Intending to advance the new Anglo-American movement in poetry, Amy Lowell had high hopes for her time in London in the summer of 1914. But transatlantic meetings were not always happy events. As Claire Healey reported in “Amy Lowell Visits London” (1973), at the dinner party that Lowell hosted there on 17 July 1914— an occasion meant to celebrate the anthology Des Imagistes (1914), edited by Ezra Pound, in which her poetry had appeared—rancor and acrimony were the main course. Part of the problem was the disputatious nature of Pound, her fellow American. But the bigger (in all senses of the word) obstacle to concord was Ford Madox Hueffer (later Ford Madox Ford)—grandson of the Pre-Raphaelite painter, Ford Madox Brown—who proved an ungracious guest and, afterwards, a most ungrateful one. He used the English Review to lambaste Lowell for her sexuality, her wealth, and even her size (though he was no sylph himself), writing of her as a “Neutral” who was “monstrously moneyed” and “monstrously obese.” Meanest of all his sneers at the lesbian poet from Brookline, Massachusetts, was his charge that this embodiment of modern female masculinity was a “coward,” who had fled London that summer to escape the outbreak of World War I. In the “Preface” to her own anthology, Some Imagist Poets, Lowell referred obliquely to some “Differences of taste and judgment” as having “arisen among the contributors” to Des Imagistes. Her volume included work by the bisexual American, “H. D.,” and her British husband, Richard Aldington, but not by Hueffer/Ford or Ezra Pound.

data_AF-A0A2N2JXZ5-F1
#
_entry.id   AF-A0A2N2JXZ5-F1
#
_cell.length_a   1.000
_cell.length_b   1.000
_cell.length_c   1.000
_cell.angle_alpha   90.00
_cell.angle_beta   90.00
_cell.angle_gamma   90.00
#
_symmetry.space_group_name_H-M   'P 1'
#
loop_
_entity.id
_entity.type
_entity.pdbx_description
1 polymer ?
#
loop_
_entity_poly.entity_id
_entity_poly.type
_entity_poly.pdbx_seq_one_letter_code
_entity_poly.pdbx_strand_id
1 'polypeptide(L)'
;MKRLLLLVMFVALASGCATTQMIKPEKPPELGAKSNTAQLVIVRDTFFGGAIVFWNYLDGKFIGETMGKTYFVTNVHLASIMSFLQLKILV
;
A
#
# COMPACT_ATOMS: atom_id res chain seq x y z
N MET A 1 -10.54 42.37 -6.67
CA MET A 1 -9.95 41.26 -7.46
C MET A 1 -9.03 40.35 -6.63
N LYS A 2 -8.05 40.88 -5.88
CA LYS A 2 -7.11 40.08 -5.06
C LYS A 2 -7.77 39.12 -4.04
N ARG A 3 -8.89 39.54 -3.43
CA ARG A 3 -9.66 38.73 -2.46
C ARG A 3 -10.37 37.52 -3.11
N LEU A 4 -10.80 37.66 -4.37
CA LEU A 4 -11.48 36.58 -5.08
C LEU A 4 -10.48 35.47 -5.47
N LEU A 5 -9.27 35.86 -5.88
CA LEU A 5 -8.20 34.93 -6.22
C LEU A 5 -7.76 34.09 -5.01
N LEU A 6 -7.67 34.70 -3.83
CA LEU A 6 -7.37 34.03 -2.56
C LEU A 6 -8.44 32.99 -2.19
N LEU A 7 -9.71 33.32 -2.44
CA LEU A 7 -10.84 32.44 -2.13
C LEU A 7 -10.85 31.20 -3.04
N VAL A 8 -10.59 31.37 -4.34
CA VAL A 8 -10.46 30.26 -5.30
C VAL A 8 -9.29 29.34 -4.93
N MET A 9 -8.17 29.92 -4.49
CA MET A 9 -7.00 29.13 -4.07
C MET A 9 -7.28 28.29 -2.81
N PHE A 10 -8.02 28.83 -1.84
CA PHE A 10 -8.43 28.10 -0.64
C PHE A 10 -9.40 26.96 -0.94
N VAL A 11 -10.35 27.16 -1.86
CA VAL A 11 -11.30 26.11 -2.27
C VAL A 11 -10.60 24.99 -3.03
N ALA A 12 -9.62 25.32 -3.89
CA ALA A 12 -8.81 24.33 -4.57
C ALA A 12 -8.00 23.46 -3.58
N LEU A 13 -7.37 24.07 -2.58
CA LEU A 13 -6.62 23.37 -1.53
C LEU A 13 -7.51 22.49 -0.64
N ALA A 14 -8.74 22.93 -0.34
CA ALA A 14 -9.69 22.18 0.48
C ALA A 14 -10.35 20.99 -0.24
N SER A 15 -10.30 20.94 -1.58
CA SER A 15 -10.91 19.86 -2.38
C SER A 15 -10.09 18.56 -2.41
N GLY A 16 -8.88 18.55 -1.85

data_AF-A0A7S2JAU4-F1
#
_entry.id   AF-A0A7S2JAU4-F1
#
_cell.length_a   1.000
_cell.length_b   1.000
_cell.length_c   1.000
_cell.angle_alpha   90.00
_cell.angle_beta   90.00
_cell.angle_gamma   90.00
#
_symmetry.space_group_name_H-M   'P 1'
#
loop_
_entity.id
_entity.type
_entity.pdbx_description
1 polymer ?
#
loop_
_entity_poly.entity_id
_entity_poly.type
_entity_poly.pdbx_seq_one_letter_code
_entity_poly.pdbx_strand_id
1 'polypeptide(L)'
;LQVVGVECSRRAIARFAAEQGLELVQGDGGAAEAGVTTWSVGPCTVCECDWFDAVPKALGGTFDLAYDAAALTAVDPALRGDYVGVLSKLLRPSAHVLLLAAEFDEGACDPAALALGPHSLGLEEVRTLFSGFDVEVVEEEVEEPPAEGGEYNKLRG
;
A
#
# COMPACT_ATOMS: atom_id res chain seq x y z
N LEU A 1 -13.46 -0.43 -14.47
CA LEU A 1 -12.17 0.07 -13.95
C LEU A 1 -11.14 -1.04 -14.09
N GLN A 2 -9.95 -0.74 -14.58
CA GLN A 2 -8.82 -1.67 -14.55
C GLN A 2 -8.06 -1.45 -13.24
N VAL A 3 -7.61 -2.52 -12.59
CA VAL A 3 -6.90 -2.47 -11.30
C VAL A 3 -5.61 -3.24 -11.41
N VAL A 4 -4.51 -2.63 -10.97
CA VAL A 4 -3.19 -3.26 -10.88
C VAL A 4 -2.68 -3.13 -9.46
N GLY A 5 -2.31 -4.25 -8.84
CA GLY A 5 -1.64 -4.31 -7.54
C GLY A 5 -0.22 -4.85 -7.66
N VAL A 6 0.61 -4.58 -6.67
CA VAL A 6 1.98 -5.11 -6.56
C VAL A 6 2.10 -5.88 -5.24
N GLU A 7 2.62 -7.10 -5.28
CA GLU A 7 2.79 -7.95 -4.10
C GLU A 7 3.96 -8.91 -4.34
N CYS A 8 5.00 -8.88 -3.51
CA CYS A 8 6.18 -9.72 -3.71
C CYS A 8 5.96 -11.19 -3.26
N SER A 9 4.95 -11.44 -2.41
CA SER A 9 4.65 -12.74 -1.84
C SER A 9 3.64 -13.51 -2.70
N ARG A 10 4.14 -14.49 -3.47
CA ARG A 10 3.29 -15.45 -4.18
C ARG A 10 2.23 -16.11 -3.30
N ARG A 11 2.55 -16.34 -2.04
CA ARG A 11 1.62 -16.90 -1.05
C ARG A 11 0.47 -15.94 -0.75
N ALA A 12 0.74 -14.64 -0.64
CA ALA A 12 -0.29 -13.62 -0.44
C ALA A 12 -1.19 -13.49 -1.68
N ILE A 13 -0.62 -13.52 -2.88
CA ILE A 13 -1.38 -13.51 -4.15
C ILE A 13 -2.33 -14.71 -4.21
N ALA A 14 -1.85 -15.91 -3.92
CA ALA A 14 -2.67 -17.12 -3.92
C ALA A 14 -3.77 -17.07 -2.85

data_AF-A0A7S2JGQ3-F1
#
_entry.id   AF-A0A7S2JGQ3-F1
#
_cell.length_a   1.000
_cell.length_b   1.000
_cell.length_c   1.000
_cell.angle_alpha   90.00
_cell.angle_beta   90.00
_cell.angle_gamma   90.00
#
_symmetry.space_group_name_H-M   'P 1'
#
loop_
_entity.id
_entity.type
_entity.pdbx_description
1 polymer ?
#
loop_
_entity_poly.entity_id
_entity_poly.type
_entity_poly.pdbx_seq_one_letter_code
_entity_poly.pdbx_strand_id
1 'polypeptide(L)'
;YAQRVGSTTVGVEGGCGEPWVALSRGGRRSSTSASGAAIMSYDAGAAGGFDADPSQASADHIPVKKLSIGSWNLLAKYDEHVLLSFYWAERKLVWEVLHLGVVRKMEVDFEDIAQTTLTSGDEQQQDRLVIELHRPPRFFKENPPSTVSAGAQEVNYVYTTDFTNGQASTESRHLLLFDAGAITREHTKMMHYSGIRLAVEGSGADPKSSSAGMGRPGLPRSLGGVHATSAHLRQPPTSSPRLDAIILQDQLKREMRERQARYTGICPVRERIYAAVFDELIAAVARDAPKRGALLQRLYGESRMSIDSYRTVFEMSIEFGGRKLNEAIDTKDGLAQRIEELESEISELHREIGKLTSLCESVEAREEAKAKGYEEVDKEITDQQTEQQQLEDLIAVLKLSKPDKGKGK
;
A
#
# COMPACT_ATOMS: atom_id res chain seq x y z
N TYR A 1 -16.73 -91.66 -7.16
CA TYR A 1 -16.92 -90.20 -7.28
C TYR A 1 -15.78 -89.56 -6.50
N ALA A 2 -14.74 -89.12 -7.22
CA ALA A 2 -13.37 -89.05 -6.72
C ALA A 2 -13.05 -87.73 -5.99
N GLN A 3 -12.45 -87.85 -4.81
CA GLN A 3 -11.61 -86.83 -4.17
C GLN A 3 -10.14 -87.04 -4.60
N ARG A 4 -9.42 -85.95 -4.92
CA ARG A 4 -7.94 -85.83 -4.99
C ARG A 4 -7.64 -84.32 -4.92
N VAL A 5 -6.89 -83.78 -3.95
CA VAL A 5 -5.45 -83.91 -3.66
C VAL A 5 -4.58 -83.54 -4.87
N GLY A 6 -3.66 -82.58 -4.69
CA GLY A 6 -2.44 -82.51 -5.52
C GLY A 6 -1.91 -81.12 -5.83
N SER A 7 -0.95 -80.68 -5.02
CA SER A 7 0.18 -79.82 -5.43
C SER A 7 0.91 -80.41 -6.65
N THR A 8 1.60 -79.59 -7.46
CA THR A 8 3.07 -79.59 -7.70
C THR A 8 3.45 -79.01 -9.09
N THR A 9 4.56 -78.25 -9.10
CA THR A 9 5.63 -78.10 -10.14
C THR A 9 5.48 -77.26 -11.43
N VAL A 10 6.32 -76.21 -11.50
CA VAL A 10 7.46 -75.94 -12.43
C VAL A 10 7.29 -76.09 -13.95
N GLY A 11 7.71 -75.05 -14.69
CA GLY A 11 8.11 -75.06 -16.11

T. S. (Thomas Stearns) Eliot, 1888–1965
Catholic Anthology, 1914–1915. London: Elkin Mathews, 1915.